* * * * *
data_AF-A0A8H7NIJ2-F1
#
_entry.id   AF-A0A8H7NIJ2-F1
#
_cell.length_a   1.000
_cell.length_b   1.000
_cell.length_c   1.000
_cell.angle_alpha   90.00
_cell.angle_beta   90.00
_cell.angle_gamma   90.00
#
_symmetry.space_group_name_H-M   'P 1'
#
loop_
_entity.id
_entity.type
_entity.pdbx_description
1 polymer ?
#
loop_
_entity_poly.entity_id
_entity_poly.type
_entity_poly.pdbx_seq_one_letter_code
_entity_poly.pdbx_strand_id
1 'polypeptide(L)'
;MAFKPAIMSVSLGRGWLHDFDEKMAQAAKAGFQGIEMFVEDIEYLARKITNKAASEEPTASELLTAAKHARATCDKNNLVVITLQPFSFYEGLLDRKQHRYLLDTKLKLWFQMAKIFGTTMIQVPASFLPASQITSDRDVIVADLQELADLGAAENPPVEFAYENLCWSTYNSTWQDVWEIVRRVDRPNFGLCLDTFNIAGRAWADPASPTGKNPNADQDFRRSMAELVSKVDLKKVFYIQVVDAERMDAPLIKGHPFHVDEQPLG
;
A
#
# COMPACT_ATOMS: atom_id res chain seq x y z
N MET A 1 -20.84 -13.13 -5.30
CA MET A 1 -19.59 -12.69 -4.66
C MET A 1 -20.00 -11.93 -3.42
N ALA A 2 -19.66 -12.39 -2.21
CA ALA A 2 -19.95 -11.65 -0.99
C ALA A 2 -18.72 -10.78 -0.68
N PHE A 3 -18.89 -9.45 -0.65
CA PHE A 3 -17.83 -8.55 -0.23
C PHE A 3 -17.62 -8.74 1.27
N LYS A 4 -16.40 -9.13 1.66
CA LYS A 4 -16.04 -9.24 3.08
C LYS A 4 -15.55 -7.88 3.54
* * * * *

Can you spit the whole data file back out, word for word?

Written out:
data_AF-A0A8H7NIJ2-F1
#
_entry.id   AF-A0A8H7NIJ2-F1
#
_cell.length_a   1.000
_cell.length_b   1.000
_cell.length_c   1.000
_cell.angle_alpha   90.00
_cell.angle_beta   90.00
_cell.angle_gamma   90.00
#
_symmetry.space_group_name_H-M   'P 1'
#
loop_
_entity.id
_entity.type
_entity.pdbx_description
1 polymer ?
#
loop_
_entity_poly.entity_id
_entity_poly.type
_entity_poly.pdbx_seq_one_letter_code
_entity_poly.pdbx_strand_id
1 'polypeptide(L)'
;MAFKPAIMSVSLGRGWLHDFDEKMAQAAKAGFQGIEMFVEDIEYLARKITNKAASEEPTASELLTAAKHARATCDKNNLVVITLQPFSFYEGLLDRKQHRYLLDTKLKLWFQMAKIFGTTMIQVPASFLPASQITSDRDVIVADLQELADLGAAENPPVEFAYENLCWSTYNSTWQDVWEIVRRVDRPNFGLCLDTFNIAGRAWADPASPTGKNPNADQDFRRSMAELVSKVDLKKVFYIQVVDAERMDAPLIKGHPFHVDEQPLG
;
A
#
# COMPACT_ATOMS: atom_id res chain seq x y z
N MET A 1 -20.84 -13.13 -5.30
CA MET A 1 -19.59 -12.69 -4.66
C MET A 1 -20.00 -11.93 -3.42
N ALA A 2 -19.66 -12.39 -2.21
CA ALA A 2 -19.95 -11.65 -0.99
C ALA A 2 -18.72 -10.78 -0.68
N PHE A 3 -18.89 -9.45 -0.65
CA PHE A 3 -17.83 -8.55 -0.23
C PHE A 3 -17.62 -8.74 1.27
N LYS A 4 -16.40 -9.13 1.66
CA LYS A 4 -16.04 -9.24 3.08
C LYS A 4 -15.55 -7.88 3.54